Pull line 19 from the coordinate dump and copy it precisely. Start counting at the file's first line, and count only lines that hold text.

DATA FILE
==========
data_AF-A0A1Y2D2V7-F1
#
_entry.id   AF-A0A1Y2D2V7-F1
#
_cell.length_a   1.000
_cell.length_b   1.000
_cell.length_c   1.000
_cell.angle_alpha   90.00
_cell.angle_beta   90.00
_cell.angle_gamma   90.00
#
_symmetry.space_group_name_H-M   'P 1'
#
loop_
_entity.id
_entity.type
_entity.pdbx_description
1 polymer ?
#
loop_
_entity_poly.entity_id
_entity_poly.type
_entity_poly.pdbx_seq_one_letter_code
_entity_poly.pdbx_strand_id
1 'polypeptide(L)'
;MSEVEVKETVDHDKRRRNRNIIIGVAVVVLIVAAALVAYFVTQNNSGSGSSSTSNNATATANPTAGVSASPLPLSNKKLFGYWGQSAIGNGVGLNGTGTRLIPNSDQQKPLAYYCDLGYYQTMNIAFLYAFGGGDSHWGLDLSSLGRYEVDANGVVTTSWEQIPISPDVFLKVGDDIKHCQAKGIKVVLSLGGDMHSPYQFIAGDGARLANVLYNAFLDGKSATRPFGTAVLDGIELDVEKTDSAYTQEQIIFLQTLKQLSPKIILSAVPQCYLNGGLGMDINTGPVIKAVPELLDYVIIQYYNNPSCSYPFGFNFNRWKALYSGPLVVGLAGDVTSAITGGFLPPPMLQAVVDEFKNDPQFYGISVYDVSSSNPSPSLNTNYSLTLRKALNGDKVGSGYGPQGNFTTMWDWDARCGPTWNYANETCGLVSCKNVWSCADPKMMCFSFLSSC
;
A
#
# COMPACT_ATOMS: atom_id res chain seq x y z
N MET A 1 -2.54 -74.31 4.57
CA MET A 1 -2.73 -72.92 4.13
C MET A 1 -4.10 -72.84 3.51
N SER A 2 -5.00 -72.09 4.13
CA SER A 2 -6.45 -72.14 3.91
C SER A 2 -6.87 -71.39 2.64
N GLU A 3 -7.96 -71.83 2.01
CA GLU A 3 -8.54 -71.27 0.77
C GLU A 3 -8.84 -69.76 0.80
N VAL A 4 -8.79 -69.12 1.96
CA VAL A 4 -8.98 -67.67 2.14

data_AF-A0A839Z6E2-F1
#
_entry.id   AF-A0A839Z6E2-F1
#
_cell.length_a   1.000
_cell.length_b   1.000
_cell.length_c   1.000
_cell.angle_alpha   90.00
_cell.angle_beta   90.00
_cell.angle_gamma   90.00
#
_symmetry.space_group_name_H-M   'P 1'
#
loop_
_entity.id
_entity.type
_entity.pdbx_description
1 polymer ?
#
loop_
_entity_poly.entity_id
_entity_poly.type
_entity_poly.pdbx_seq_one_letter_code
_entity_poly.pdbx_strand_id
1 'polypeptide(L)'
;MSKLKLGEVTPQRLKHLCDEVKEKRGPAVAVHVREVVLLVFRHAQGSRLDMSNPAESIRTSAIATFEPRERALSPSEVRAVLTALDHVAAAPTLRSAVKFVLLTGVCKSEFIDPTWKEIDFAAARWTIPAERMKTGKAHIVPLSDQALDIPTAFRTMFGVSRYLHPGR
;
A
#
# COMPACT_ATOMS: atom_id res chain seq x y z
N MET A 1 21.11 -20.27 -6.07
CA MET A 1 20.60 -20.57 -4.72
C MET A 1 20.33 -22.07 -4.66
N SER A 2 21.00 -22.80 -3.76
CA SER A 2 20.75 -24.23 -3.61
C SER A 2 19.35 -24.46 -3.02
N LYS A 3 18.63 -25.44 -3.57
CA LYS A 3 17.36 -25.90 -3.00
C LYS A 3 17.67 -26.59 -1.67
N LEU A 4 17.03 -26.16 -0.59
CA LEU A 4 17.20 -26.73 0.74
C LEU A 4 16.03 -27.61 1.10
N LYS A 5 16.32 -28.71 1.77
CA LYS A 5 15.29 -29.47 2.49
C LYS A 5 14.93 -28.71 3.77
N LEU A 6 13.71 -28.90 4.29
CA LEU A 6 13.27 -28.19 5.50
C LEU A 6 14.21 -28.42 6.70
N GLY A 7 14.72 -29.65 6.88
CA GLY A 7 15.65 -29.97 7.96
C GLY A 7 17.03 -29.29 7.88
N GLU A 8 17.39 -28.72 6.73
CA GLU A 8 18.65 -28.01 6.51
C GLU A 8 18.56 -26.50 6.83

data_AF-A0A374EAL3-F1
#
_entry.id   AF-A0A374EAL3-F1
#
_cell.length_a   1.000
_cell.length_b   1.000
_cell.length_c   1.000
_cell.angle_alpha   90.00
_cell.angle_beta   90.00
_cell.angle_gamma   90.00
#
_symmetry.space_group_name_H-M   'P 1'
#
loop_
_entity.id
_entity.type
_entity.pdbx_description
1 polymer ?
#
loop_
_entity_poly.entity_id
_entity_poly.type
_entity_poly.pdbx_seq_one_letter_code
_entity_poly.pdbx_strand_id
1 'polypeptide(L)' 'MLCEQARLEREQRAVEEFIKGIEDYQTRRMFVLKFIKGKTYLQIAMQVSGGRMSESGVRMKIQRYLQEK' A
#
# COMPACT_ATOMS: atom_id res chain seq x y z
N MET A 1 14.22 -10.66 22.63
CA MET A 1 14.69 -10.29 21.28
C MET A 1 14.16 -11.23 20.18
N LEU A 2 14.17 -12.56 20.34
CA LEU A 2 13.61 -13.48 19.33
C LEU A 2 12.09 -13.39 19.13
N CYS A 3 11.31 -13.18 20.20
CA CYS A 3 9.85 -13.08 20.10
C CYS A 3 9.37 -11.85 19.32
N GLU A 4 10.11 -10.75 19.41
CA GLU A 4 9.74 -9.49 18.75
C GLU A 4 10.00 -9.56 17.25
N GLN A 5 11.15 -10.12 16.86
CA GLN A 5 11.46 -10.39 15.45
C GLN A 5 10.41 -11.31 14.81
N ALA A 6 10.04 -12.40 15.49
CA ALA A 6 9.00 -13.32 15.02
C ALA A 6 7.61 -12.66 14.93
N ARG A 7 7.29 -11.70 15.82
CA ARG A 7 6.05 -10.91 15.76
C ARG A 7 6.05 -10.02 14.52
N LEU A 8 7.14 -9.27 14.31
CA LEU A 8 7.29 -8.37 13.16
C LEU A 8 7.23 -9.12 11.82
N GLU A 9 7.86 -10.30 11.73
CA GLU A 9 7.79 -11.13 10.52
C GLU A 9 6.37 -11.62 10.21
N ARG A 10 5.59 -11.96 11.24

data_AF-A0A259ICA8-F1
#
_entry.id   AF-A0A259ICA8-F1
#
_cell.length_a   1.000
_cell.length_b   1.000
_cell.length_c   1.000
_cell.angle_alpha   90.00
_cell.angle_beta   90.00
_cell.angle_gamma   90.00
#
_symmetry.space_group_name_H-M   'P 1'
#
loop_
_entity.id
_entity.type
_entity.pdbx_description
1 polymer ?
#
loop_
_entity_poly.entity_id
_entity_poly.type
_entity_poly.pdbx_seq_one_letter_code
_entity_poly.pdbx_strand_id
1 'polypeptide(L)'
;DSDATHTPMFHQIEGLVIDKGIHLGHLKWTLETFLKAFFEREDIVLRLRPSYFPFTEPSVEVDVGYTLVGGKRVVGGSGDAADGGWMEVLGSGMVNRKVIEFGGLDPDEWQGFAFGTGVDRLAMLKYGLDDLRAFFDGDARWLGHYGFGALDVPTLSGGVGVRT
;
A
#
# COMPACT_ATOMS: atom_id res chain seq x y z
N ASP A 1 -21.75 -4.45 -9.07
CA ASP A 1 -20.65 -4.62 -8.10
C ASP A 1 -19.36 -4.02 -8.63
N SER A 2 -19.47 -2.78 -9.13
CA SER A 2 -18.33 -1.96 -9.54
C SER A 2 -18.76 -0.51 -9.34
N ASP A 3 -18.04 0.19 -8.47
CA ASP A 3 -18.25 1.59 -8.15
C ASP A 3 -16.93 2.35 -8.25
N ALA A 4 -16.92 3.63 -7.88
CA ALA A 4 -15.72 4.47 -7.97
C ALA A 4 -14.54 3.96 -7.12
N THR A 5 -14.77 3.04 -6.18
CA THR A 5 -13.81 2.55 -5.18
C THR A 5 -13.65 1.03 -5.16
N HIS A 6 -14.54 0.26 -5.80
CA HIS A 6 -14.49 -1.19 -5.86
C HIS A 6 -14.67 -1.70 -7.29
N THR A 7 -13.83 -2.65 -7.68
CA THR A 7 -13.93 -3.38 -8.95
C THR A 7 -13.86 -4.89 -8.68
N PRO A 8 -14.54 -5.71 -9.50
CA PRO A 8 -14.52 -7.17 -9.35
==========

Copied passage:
#